Ahead of any rise in interest rates, financial institutions continue to hunt for new revenue sources, first from retail fees and second by increasing minimum deposits on time accounts. It’s time to consider flipping those priorities and focusing on raising deposit minimums to make up for shortfalls in fee revenue.
Industry-wide, fee income has been trending down, especially since the Consumer Financial Protection Bureau (CFPB) started questioning the fees that banks charge. Meanwhile, there has been ongoing backlash from consumers who are rejecting fee-based checking and bank services. Ever since 2011, when Bank of America attempted to charge $5 per-month for debit, depositors have been resistant to pay bank fees, especially when they can access alternatives to checking such as prepaid bank cards and e-wallet services.
To put this in perspective, the CFPB reports that overdraft (OD) and non-sufficient funds (NSF) fees constitute the majority of the total checking account fees that consumers incur (71.9% and 18.9% respectively). Further, Bretton Woods consultancy and George Mason University together report that community banks depend more heavily on revenues from overdraft protection than bigger banks, with overdraft fees generating 27% of bank income at smaller banks and 12% at larger banks.
To assess where retail fees are headed, we decided to take a closer look at NSF and OD fees. We used a national sampling drawing from our national retail fees database for benchmarking banks and credit unions.
We saw some interesting changes from last December to this January. On a national level, bank OD fees took the biggest hit, down 0.9% compared to a fall of 0.1% for NSF. Banks are clearly feeling the pressure from both customers and the CFPB and are responding accordingly.
In searching for possible offsets to higher fees, we noted that Memphis-based First Tennessee Bank is reportedly testing imposing higher balances in customer accounts in lieu of higher fees. To ascertain whether this is a trend, we explored national minimum balances by product types. Sure enough, balances on term accounts jumped 15.45% between December 2014 and this January while those on more liquid accounts, checking account and money market, fell 7.64% and 6.85% respectively. This makes sense in the face of anticipated rising interest rates.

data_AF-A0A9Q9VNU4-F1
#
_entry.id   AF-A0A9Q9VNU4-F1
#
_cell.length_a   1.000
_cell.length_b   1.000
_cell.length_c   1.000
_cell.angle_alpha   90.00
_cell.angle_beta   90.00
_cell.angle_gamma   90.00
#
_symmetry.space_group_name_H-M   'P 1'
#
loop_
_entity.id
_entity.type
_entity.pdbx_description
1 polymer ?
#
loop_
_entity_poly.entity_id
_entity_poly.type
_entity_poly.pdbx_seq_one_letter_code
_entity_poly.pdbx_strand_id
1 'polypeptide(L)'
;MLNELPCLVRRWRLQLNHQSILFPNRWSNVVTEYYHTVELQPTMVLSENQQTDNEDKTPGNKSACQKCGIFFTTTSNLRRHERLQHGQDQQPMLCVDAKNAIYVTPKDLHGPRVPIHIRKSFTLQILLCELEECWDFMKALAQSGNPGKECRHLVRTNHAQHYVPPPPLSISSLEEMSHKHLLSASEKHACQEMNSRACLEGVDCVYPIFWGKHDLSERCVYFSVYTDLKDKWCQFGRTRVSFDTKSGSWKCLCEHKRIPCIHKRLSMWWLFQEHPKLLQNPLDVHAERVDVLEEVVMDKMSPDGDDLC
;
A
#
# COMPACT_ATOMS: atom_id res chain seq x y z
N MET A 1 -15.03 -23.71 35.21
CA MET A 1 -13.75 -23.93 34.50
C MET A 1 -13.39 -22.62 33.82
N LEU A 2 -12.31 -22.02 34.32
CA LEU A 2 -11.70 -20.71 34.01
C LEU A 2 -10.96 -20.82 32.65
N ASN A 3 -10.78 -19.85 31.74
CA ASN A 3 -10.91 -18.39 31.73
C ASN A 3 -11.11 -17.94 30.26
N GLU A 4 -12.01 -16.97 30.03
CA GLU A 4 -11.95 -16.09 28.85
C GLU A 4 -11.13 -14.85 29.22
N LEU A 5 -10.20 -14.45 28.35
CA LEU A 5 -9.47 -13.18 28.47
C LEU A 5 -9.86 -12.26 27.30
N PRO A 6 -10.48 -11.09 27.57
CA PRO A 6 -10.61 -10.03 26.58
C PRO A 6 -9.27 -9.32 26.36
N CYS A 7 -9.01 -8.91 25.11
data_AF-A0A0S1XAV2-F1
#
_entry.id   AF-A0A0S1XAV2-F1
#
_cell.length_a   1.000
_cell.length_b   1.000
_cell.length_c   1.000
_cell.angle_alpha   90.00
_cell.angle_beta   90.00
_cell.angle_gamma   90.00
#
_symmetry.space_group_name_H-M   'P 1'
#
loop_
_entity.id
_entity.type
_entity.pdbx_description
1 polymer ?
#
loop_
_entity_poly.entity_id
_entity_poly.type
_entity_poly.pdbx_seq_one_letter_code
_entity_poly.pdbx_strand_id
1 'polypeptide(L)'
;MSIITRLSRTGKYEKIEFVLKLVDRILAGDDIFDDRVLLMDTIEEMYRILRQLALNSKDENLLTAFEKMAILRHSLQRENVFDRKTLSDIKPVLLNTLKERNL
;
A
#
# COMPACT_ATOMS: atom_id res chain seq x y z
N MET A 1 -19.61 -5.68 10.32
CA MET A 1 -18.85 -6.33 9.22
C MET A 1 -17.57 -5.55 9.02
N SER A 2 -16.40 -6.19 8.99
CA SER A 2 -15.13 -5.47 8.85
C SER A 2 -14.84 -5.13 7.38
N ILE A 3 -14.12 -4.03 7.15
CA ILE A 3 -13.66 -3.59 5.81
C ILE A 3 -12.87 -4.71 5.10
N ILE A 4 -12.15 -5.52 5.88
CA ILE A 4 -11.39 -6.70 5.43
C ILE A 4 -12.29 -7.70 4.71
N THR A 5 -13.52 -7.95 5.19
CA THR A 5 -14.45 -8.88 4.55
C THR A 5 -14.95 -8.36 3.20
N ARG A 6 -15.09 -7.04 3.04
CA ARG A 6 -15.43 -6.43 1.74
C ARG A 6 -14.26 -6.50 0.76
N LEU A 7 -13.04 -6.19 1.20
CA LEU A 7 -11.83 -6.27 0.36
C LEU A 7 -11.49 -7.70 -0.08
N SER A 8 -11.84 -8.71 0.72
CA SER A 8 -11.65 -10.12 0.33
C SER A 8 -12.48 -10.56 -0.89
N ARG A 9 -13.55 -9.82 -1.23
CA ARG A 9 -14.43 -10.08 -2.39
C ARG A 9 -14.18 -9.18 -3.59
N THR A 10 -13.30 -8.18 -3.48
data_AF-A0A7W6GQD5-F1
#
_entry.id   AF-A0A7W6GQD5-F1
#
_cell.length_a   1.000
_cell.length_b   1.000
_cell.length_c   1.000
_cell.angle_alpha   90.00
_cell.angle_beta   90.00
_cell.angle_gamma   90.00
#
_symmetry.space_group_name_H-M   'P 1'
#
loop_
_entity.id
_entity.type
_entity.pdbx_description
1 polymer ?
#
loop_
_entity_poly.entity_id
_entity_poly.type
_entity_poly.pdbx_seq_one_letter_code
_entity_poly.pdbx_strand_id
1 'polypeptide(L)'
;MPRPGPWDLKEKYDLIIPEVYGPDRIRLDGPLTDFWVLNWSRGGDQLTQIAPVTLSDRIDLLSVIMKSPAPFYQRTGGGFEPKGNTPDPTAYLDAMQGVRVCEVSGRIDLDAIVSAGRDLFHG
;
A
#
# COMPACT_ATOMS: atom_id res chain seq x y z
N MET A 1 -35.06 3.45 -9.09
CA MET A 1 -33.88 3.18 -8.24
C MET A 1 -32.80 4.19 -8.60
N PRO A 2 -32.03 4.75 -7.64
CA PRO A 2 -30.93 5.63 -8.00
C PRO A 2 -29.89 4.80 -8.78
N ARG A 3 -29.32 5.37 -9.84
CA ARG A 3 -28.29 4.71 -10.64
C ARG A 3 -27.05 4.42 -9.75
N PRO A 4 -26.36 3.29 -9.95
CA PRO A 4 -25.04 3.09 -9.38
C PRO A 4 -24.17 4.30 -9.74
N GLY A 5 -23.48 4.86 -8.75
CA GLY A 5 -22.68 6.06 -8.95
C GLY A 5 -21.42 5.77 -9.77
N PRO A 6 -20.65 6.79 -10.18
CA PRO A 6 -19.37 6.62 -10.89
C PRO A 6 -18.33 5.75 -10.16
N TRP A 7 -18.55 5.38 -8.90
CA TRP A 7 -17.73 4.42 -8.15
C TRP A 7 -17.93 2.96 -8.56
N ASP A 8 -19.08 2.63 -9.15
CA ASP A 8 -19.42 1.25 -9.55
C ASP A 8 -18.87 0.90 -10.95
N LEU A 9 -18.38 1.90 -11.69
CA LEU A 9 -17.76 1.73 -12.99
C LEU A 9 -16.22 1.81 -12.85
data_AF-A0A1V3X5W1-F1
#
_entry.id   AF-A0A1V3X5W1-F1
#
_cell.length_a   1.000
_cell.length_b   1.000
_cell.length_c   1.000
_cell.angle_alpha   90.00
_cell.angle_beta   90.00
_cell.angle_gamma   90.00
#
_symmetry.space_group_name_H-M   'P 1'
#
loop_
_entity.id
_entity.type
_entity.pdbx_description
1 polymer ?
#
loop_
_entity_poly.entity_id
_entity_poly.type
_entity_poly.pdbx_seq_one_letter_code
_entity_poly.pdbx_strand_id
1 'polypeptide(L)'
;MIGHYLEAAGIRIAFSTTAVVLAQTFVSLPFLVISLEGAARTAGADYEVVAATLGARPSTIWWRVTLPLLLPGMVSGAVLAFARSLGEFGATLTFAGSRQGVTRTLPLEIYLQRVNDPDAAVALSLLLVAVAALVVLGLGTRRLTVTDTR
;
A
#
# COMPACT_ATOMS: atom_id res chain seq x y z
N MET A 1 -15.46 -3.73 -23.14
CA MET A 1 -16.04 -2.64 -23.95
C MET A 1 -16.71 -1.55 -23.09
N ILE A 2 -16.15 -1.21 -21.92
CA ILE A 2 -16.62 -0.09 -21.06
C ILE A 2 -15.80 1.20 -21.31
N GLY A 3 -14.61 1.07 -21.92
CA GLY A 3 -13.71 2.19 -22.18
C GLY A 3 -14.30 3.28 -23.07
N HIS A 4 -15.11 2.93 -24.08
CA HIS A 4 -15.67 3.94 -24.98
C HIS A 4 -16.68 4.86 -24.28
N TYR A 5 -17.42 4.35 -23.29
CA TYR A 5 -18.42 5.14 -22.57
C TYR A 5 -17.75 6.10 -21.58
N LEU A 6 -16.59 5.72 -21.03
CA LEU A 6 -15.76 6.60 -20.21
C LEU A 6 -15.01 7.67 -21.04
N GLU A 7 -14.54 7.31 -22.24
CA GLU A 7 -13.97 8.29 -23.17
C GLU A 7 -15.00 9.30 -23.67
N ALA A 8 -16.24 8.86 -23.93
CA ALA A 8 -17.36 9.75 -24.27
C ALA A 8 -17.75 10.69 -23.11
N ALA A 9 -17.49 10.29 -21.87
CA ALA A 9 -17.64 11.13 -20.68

In this regulatory environment, it’s clear that financial institutions can’t sacrifice customer satisfaction for the sake of fee revenue. It’s time the banking industry stopped relying on NSF and OD fees and started looking elsewhere for new revenue sources, such as raising minimum balance requirements. Competition for deposits is going to become fierce again once rates start to rise. Accumulating deposits now will lay the foundation for future profits.
It’s a better strategy to place the onus on customers to maintain a higher minimum balance and leverage those larger deposits acquired, either now or in the future, rather than letting those customers overdraw their accounts to penalize them with NSF or OD fees.
Mr. Barham is CEO and founder of San Anselmo, Calif.-basedMarket Rates Insight, which provides competitive pricing intelligence for deposits, loans and fees to financial institutions nationwide. He can be reached at [email protected]
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